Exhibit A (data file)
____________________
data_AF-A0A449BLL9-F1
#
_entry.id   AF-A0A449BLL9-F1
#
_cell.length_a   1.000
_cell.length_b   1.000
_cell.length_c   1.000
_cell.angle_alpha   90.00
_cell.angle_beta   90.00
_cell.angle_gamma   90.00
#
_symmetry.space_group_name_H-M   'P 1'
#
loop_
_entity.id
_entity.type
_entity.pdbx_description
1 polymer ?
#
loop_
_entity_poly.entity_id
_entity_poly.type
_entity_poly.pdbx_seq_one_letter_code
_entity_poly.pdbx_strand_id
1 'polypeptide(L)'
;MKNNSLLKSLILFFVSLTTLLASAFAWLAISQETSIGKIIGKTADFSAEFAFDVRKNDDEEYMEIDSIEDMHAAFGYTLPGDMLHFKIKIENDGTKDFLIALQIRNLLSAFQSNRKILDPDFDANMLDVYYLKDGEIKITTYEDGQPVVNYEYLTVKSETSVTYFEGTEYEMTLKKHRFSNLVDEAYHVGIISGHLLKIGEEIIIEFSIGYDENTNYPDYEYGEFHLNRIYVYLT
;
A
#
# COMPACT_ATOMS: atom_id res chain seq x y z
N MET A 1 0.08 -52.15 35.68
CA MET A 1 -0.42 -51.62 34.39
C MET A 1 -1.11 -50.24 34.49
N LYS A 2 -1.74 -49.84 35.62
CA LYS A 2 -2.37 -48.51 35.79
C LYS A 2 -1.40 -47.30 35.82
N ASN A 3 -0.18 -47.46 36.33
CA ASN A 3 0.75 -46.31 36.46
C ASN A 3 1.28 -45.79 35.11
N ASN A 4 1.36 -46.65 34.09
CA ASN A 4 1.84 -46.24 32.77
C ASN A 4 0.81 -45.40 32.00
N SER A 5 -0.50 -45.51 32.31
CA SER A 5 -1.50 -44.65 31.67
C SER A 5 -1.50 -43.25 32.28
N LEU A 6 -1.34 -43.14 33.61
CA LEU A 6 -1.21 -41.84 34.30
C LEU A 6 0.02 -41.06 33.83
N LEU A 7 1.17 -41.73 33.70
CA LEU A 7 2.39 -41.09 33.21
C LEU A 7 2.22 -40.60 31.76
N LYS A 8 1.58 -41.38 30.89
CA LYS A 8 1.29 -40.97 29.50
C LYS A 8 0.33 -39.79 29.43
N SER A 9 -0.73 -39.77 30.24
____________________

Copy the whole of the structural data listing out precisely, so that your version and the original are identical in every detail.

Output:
data_AF-A0A449BLL9-F1
#
_entry.id   AF-A0A449BLL9-F1
#
_cell.length_a   1.000
_cell.length_b   1.000
_cell.length_c   1.000
_cell.angle_alpha   90.00
_cell.angle_beta   90.00
_cell.angle_gamma   90.00
#
_symmetry.space_group_name_H-M   'P 1'
#
loop_
_entity.id
_entity.type
_entity.pdbx_description
1 polymer ?
#
loop_
_entity_poly.entity_id
_entity_poly.type
_entity_poly.pdbx_seq_one_letter_code
_entity_poly.pdbx_strand_id
1 'polypeptide(L)'
;MKNNSLLKSLILFFVSLTTLLASAFAWLAISQETSIGKIIGKTADFSAEFAFDVRKNDDEEYMEIDSIEDMHAAFGYTLPGDMLHFKIKIENDGTKDFLIALQIRNLLSAFQSNRKILDPDFDANMLDVYYLKDGEIKITTYEDGQPVVNYEYLTVKSETSVTYFEGTEYEMTLKKHRFSNLVDEAYHVGIISGHLLKIGEEIIIEFSIGYDENTNYPDYEYGEFHLNRIYVYLT
;
A
#
# COMPACT_ATOMS: atom_id res chain seq x y z
N MET A 1 0.08 -52.15 35.68
CA MET A 1 -0.42 -51.62 34.39
C MET A 1 -1.11 -50.24 34.49
N LYS A 2 -1.74 -49.84 35.62
CA LYS A 2 -2.37 -48.51 35.79
C LYS A 2 -1.40 -47.30 35.82
N ASN A 3 -0.18 -47.46 36.33
CA ASN A 3 0.75 -46.31 36.46
C ASN A 3 1.28 -45.79 35.11
N ASN A 4 1.36 -46.65 34.09
CA ASN A 4 1.84 -46.24 32.77
C ASN A 4 0.81 -45.40 32.00
N SER A 5 -0.50 -45.51 32.31
CA SER A 5 -1.50 -44.65 31.67
C SER A 5 -1.50 -43.25 32.28
N LEU A 6 -1.34 -43.14 33.61
CA LEU A 6 -1.21 -41.84 34.30
C LEU A 6 0.02 -41.06 33.83
N LEU A 7 1.17 -41.73 33.70
CA LEU A 7 2.39 -41.09 33.21
C LEU A 7 2.22 -40.60 31.76
N LYS A 8 1.58 -41.38 30.89
CA LYS A 8 1.29 -40.97 29.50
C LYS A 8 0.33 -39.79 29.43
N SER A 9 -0.73 -39.77 30.24